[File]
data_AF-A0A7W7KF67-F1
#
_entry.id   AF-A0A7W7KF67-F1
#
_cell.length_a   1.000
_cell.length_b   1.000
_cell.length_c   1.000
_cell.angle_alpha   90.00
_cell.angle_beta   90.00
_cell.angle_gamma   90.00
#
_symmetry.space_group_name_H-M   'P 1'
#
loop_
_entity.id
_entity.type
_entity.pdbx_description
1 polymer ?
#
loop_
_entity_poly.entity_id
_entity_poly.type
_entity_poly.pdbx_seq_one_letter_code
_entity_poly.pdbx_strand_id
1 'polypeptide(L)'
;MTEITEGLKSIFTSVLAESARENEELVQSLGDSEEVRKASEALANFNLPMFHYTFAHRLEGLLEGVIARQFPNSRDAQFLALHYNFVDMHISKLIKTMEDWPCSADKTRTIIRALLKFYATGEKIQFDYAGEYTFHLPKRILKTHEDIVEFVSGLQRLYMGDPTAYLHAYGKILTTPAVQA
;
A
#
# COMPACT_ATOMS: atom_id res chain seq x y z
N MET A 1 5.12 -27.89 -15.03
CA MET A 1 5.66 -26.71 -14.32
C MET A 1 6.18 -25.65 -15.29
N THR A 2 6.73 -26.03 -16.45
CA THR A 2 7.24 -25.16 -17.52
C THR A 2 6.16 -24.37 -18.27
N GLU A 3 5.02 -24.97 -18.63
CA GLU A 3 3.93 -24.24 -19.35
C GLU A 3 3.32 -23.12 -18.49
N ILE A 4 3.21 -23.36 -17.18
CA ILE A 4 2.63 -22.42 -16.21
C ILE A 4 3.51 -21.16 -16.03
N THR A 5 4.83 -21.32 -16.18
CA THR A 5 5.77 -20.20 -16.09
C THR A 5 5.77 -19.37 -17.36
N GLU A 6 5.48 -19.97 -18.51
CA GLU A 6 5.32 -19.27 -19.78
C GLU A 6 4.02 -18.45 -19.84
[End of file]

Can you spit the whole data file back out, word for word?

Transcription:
data_AF-A0A7W7KF67-F1
#
_entry.id   AF-A0A7W7KF67-F1
#
_cell.length_a   1.000
_cell.length_b   1.000
_cell.length_c   1.000
_cell.angle_alpha   90.00
_cell.angle_beta   90.00
_cell.angle_gamma   90.00
#
_symmetry.space_group_name_H-M   'P 1'
#
loop_
_entity.id
_entity.type
_entity.pdbx_description
1 polymer ?
#
loop_
_entity_poly.entity_id
_entity_poly.type
_entity_poly.pdbx_seq_one_letter_code
_entity_poly.pdbx_strand_id
1 'polypeptide(L)'
;MTEITEGLKSIFTSVLAESARENEELVQSLGDSEEVRKASEALANFNLPMFHYTFAHRLEGLLEGVIARQFPNSRDAQFLALHYNFVDMHISKLIKTMEDWPCSADKTRTIIRALLKFYATGEKIQFDYAGEYTFHLPKRILKTHEDIVEFVSGLQRLYMGDPTAYLHAYGKILTTPAVQA
;
A
#
# COMPACT_ATOMS: atom_id res chain seq x y z
N MET A 1 5.12 -27.89 -15.03
CA MET A 1 5.66 -26.71 -14.32
C MET A 1 6.18 -25.65 -15.29
N THR A 2 6.73 -26.03 -16.45
CA THR A 2 7.24 -25.16 -17.52
C THR A 2 6.16 -24.37 -18.27
N GLU A 3 5.02 -24.97 -18.63
CA GLU A 3 3.93 -24.24 -19.35
C GLU A 3 3.32 -23.12 -18.49
N ILE A 4 3.21 -23.36 -17.18
CA ILE A 4 2.63 -22.42 -16.21
C ILE A 4 3.51 -21.16 -16.03
N THR A 5 4.83 -21.32 -16.18
CA THR A 5 5.77 -20.20 -16.09
C THR A 5 5.77 -19.37 -17.36
N GLU A 6 5.48 -19.97 -18.51
CA GLU A 6 5.32 -19.27 -19.78
C GLU A 6 4.02 -18.45 -19.84